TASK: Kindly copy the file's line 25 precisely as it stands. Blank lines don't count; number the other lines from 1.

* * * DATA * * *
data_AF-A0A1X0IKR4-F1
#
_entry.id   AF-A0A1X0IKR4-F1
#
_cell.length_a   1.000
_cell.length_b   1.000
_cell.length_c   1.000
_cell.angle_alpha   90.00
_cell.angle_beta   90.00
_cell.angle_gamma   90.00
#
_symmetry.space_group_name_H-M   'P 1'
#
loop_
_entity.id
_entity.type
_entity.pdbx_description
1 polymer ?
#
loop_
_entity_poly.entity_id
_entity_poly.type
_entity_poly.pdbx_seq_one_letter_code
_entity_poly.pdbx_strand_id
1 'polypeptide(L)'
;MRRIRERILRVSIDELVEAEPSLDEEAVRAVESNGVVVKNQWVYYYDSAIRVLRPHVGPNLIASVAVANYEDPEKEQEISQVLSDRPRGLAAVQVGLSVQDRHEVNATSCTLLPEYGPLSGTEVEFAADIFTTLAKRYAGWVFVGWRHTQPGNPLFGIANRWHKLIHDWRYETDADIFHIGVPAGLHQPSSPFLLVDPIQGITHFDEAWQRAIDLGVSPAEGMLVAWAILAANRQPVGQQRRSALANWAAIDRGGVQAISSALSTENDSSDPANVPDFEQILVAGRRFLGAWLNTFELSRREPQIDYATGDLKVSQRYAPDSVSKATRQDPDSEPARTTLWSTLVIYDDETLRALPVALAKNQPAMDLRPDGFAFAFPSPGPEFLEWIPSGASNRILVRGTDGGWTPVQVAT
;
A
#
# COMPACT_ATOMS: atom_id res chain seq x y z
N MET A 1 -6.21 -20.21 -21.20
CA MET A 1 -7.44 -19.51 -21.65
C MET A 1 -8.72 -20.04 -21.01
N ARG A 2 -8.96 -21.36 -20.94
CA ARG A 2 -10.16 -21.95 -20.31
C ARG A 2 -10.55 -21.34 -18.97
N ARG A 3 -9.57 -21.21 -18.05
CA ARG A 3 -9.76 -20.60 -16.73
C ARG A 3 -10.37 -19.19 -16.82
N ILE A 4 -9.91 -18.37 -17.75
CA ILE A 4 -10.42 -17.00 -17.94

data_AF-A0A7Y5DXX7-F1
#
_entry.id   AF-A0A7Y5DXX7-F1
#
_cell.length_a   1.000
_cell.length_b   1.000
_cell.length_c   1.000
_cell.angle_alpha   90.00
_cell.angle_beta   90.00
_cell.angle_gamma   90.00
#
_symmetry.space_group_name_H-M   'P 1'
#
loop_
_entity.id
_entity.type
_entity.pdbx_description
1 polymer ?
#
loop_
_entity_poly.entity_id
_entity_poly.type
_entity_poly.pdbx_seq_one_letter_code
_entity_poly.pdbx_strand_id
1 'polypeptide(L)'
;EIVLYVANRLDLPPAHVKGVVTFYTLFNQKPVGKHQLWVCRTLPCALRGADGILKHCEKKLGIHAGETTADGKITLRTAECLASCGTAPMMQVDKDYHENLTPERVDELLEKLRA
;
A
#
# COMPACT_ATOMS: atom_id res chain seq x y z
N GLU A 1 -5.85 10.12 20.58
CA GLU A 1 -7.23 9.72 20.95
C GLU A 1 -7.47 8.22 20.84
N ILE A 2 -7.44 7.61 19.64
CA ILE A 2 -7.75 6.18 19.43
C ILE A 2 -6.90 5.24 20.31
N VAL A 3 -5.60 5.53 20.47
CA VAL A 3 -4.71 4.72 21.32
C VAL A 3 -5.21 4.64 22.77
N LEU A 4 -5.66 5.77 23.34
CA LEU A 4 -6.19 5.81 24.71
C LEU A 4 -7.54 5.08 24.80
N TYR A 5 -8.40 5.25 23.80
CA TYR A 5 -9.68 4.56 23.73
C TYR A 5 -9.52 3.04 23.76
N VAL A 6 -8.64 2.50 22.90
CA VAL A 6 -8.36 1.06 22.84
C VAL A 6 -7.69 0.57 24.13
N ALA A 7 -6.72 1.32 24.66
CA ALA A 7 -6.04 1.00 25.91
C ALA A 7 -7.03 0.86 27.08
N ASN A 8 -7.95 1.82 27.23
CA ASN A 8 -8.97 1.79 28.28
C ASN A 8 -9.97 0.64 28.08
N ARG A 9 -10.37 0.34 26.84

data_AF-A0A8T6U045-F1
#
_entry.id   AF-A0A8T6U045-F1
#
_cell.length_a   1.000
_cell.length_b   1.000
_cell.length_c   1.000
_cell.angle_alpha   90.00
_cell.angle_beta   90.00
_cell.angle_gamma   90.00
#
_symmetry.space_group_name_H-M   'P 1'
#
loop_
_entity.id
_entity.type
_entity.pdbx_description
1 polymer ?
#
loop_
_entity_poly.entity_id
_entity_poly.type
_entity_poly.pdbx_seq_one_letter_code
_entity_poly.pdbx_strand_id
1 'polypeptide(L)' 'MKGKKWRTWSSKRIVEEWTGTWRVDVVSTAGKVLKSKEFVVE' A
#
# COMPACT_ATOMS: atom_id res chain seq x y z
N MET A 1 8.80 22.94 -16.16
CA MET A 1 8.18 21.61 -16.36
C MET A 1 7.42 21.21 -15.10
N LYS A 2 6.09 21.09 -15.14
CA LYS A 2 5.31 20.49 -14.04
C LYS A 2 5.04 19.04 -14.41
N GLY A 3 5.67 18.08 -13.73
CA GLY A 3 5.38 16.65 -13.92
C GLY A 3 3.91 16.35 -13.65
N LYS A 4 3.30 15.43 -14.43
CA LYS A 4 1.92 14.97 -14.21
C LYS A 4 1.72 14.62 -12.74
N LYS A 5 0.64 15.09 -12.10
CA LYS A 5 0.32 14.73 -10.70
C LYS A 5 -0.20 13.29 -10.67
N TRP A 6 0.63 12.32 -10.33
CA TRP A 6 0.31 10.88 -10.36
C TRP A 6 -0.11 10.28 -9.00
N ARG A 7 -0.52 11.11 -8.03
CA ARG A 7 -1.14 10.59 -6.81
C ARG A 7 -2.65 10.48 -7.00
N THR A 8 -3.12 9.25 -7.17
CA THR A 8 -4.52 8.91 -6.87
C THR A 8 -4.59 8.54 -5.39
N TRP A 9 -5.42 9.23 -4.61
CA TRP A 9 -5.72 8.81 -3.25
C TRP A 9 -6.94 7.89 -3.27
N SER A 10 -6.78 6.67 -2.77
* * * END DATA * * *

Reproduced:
1 'polypeptide(L)'